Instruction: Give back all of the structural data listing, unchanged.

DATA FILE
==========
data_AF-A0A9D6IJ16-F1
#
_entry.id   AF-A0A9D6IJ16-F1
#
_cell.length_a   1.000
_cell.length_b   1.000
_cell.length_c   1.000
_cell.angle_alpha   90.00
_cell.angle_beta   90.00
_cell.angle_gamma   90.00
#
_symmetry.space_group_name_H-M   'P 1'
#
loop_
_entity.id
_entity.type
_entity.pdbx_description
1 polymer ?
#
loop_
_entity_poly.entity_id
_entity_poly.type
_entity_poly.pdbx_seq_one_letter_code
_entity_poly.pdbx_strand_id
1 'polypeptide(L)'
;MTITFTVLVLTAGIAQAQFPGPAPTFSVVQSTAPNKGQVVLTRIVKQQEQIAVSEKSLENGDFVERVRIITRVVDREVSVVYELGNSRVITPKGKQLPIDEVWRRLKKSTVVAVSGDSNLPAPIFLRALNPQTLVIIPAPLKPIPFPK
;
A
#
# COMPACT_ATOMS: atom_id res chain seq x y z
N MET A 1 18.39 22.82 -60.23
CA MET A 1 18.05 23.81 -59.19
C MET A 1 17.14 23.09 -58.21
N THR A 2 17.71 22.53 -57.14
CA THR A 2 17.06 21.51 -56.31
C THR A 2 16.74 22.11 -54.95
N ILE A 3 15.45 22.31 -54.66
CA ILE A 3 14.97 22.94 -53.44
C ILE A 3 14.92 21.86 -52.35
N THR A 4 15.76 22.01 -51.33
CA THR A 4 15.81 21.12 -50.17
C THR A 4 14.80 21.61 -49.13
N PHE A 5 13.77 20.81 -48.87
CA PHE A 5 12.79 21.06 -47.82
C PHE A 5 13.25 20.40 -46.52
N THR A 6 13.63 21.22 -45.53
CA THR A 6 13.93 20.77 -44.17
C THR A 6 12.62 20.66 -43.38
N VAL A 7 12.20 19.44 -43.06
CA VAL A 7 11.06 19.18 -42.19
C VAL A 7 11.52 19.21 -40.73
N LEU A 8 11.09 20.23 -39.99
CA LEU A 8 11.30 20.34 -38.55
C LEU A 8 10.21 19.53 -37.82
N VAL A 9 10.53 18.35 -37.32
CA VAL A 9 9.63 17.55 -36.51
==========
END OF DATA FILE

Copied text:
data_AF-A0A9D6IJ16-F1
#
_entry.id   AF-A0A9D6IJ16-F1
#
_cell.length_a   1.000
_cell.length_b   1.000
_cell.length_c   1.000
_cell.angle_alpha   90.00
_cell.angle_beta   90.00
_cell.angle_gamma   90.00
#
_symmetry.space_group_name_H-M   'P 1'
#
loop_
_entity.id
_entity.type
_entity.pdbx_description
1 polymer ?
#
loop_
_entity_poly.entity_id
_entity_poly.type
_entity_poly.pdbx_seq_one_letter_code
_entity_poly.pdbx_strand_id
1 'polypeptide(L)'
;MTITFTVLVLTAGIAQAQFPGPAPTFSVVQSTAPNKGQVVLTRIVKQQEQIAVSEKSLENGDFVERVRIITRVVDREVSVVYELGNSRVITPKGKQLPIDEVWRRLKKSTVVAVSGDSNLPAPIFLRALNPQTLVIIPAPLKPIPFPK
;
A
#
# COMPACT_ATOMS: atom_id res chain seq x y z
N MET A 1 18.39 22.82 -60.23
CA MET A 1 18.05 23.81 -59.19
C MET A 1 17.14 23.09 -58.21
N THR A 2 17.71 22.53 -57.14
CA THR A 2 17.06 21.51 -56.31
C THR A 2 16.74 22.11 -54.95
N ILE A 3 15.45 22.31 -54.66
CA ILE A 3 14.97 22.94 -53.44
C ILE A 3 14.92 21.86 -52.35
N THR A 4 15.76 22.01 -51.33
CA THR A 4 15.81 21.12 -50.17
C THR A 4 14.80 21.61 -49.13
N PHE A 5 13.77 20.81 -48.87
CA PHE A 5 12.79 21.06 -47.82
C PHE A 5 13.25 20.40 -46.52
N THR A 6 13.63 21.22 -45.53
CA THR A 6 13.93 20.77 -44.17
C THR A 6 12.62 20.66 -43.38
N VAL A 7 12.20 19.44 -43.06
CA VAL A 7 11.06 19.18 -42.19
C VAL A 7 11.52 19.21 -40.73
N LEU A 8 11.09 20.23 -39.99
CA LEU A 8 11.30 20.34 -38.55
C LEU A 8 10.21 19.53 -37.82
N VAL A 9 10.53 18.35 -37.32
CA VAL A 9 9.63 17.55 -36.51